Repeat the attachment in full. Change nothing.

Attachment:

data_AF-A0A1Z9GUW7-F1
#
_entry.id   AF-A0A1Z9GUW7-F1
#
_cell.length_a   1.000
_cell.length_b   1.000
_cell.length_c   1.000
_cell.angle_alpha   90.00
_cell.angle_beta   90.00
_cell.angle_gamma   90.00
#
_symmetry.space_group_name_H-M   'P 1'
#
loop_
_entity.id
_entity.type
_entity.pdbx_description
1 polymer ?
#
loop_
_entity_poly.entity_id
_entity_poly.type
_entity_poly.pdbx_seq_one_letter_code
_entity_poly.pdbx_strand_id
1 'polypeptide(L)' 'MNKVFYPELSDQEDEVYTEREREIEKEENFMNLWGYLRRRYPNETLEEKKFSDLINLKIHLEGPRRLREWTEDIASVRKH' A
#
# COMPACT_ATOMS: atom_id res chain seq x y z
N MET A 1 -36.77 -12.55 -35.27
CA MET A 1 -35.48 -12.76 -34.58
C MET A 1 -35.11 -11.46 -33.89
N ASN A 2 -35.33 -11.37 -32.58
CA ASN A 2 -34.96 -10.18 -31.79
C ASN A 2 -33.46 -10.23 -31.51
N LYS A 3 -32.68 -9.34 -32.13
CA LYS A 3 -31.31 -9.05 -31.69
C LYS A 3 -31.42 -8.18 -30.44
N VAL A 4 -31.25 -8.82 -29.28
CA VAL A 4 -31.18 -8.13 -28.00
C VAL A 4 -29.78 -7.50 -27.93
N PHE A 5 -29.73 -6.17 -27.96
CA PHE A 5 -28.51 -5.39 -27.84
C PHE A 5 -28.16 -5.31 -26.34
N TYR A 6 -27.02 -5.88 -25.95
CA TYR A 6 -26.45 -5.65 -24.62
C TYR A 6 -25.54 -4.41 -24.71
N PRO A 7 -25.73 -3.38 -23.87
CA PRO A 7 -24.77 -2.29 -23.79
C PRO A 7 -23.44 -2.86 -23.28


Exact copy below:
data_AF-A0A1Z9GUW7-F1
#
_entry.id   AF-A0A1Z9GUW7-F1
#
_cell.length_a   1.000
_cell.length_b   1.000
_cell.length_c   1.000
_cell.angle_alpha   90.00
_cell.angle_beta   90.00
_cell.angle_gamma   90.00
#
_symmetry.space_group_name_H-M   'P 1'
#
loop_
_entity.id
_entity.type
_entity.pdbx_description
1 polymer ?
#
loop_
_entity_poly.entity_id
_entity_poly.type
_entity_poly.pdbx_seq_one_letter_code
_entity_poly.pdbx_strand_id
1 'polypeptide(L)' 'MNKVFYPELSDQEDEVYTEREREIEKEENFMNLWGYLRRRYPNETLEEKKFSDLINLKIHLEGPRRLREWTEDIASVRKH' A
#
# COMPACT_ATOMS: atom_id res chain seq x y z
N MET A 1 -36.77 -12.55 -35.27
CA MET A 1 -35.48 -12.76 -34.58
C MET A 1 -35.11 -11.46 -33.89
N ASN A 2 -35.33 -11.37 -32.58
CA ASN A 2 -34.96 -10.18 -31.79
C ASN A 2 -33.46 -10.23 -31.51
N LYS A 3 -32.68 -9.34 -32.13
CA LYS A 3 -31.31 -9.05 -31.69
C LYS A 3 -31.42 -8.18 -30.44
N VAL A 4 -31.25 -8.82 -29.28
CA VAL A 4 -31.18 -8.13 -28.00
C VAL A 4 -29.78 -7.50 -27.93
N PHE A 5 -29.73 -6.17 -27.96
CA PHE A 5 -28.51 -5.39 -27.84
C PHE A 5 -28.16 -5.31 -26.34
N TYR A 6 -27.02 -5.88 -25.95
CA TYR A 6 -26.45 -5.65 -24.62
C TYR A 6 -25.54 -4.41 -24.71
N PRO A 7 -25.73 -3.38 -23.87
CA PRO A 7 -24.77 -2.29 -23.79
C PRO A 7 -23.44 -2.86 -23.28